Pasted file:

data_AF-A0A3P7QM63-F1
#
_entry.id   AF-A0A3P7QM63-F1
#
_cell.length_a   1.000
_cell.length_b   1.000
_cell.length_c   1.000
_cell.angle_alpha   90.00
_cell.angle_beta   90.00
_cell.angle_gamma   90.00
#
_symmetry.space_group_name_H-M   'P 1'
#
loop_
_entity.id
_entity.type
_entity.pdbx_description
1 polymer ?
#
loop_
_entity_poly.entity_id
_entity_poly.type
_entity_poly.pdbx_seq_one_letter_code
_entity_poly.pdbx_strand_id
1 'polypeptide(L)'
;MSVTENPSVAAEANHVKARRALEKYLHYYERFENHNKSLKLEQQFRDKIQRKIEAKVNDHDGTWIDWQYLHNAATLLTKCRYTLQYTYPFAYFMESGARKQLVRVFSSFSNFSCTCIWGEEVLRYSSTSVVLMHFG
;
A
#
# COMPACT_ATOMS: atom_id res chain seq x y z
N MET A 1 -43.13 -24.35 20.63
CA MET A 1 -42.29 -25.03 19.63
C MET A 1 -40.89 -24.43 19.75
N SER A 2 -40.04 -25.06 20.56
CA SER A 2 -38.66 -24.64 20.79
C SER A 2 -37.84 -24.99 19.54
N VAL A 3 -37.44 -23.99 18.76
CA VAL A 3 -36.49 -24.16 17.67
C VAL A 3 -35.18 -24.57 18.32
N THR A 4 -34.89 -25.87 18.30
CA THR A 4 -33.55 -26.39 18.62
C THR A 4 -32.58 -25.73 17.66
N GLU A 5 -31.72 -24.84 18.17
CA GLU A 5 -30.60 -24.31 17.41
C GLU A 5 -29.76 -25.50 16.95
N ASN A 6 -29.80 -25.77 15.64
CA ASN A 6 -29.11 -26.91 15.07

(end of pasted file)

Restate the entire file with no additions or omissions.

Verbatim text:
data_AF-A0A3P7QM63-F1
#
_entry.id   AF-A0A3P7QM63-F1
#
_cell.length_a   1.000
_cell.length_b   1.000
_cell.length_c   1.000
_cell.angle_alpha   90.00
_cell.angle_beta   90.00
_cell.angle_gamma   90.00
#
_symmetry.space_group_name_H-M   'P 1'
#
loop_
_entity.id
_entity.type
_entity.pdbx_description
1 polymer ?
#
loop_
_entity_poly.entity_id
_entity_poly.type
_entity_poly.pdbx_seq_one_letter_code
_entity_poly.pdbx_strand_id
1 'polypeptide(L)'
;MSVTENPSVAAEANHVKARRALEKYLHYYERFENHNKSLKLEQQFRDKIQRKIEAKVNDHDGTWIDWQYLHNAATLLTKCRYTLQYTYPFAYFMESGARKQLVRVFSSFSNFSCTCIWGEEVLRYSSTSVVLMHFG
;
A
#
# COMPACT_ATOMS: atom_id res chain seq x y z
N MET A 1 -43.13 -24.35 20.63
CA MET A 1 -42.29 -25.03 19.63
C MET A 1 -40.89 -24.43 19.75
N SER A 2 -40.04 -25.06 20.56
CA SER A 2 -38.66 -24.64 20.79
C SER A 2 -37.84 -24.99 19.54
N VAL A 3 -37.44 -23.99 18.76
CA VAL A 3 -36.49 -24.16 17.67
C VAL A 3 -35.18 -24.57 18.32
N THR A 4 -34.89 -25.87 18.30
CA THR A 4 -33.55 -26.39 18.62
C THR A 4 -32.58 -25.73 17.66
N GLU A 5 -31.72 -24.84 18.17
CA GLU A 5 -30.60 -24.31 17.41
C GLU A 5 -29.76 -25.50 16.95
N ASN A 6 -29.80 -25.77 15.64
CA ASN A 6 -29.11 -26.91 15.07